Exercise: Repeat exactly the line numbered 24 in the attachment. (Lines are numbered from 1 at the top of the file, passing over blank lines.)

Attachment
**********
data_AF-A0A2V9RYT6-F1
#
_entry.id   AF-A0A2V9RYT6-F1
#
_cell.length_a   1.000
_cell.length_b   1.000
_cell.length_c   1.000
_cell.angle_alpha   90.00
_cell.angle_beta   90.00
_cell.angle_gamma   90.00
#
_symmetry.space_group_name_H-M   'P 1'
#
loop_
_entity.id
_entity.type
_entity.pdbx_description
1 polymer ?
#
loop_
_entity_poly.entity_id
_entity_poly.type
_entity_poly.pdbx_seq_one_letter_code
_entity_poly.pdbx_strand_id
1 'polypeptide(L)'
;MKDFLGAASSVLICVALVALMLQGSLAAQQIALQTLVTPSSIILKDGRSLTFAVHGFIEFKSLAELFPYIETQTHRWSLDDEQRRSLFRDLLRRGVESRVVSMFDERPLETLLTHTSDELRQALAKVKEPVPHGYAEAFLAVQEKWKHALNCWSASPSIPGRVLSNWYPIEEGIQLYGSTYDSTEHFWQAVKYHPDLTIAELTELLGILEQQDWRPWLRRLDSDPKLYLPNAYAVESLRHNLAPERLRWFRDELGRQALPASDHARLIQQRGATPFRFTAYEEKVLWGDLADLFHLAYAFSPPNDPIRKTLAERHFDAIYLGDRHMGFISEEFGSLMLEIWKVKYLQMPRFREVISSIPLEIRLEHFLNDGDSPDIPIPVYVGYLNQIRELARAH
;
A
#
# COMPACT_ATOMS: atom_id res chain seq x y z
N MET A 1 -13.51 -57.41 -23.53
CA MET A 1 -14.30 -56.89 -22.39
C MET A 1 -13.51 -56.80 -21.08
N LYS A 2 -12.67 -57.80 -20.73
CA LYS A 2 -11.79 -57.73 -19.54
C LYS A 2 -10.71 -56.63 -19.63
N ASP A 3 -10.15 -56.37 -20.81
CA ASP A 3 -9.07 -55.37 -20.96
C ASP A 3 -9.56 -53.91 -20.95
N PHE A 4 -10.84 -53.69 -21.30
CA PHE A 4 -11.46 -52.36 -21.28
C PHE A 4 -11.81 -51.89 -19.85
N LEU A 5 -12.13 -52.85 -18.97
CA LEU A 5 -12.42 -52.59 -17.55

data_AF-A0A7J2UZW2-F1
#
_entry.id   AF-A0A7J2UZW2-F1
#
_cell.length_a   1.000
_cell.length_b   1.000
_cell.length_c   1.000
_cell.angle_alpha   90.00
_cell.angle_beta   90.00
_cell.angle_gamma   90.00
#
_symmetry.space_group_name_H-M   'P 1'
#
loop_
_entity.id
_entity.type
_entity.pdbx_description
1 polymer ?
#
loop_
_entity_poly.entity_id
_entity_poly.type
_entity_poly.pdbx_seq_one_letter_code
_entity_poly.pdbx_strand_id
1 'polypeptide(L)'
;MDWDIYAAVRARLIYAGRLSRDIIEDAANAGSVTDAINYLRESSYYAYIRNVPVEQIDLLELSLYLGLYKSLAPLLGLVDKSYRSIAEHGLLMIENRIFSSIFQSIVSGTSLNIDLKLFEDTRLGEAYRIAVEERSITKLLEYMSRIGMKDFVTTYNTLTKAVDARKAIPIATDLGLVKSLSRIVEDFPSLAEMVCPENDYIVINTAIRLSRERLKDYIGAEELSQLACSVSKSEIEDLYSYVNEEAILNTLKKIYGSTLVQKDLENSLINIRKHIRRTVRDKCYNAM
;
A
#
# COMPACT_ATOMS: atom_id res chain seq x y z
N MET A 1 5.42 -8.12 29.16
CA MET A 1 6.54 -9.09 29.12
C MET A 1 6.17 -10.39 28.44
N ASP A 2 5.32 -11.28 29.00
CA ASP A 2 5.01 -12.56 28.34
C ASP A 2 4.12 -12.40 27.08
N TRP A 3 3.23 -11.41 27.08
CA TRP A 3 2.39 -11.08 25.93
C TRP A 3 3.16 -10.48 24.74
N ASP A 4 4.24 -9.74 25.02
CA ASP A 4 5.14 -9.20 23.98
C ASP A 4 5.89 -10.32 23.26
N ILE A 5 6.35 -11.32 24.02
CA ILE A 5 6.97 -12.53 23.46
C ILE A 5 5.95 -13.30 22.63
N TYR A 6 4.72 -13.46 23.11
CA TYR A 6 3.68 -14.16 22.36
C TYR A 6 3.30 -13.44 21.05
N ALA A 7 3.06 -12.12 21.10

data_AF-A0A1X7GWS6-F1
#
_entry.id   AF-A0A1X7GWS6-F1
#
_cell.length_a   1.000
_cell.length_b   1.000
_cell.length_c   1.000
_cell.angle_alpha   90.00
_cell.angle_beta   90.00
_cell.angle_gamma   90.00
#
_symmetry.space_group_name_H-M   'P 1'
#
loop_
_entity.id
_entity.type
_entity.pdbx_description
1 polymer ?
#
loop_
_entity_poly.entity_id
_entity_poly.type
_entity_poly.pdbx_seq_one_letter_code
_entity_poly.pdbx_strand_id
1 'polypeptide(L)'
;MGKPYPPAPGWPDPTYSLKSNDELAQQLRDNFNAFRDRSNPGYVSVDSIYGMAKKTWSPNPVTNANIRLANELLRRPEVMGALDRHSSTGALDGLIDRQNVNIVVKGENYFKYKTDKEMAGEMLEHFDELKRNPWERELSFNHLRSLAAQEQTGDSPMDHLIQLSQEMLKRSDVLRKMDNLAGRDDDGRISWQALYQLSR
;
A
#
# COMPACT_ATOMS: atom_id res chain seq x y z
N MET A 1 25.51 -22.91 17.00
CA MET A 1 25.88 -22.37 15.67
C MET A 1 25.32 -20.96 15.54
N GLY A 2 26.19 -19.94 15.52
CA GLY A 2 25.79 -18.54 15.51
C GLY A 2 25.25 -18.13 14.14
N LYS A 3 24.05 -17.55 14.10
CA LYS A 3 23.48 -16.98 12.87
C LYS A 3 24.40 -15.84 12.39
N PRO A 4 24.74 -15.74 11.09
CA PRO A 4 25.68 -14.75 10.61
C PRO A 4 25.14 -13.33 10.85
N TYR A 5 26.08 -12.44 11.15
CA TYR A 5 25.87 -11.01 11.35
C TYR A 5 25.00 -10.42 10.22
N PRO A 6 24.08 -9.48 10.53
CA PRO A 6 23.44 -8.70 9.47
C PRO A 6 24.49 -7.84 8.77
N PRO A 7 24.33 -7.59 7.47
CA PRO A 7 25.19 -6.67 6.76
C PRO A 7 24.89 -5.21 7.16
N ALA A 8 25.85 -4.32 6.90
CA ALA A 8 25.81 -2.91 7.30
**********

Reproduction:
_entity_poly.pdbx_strand_id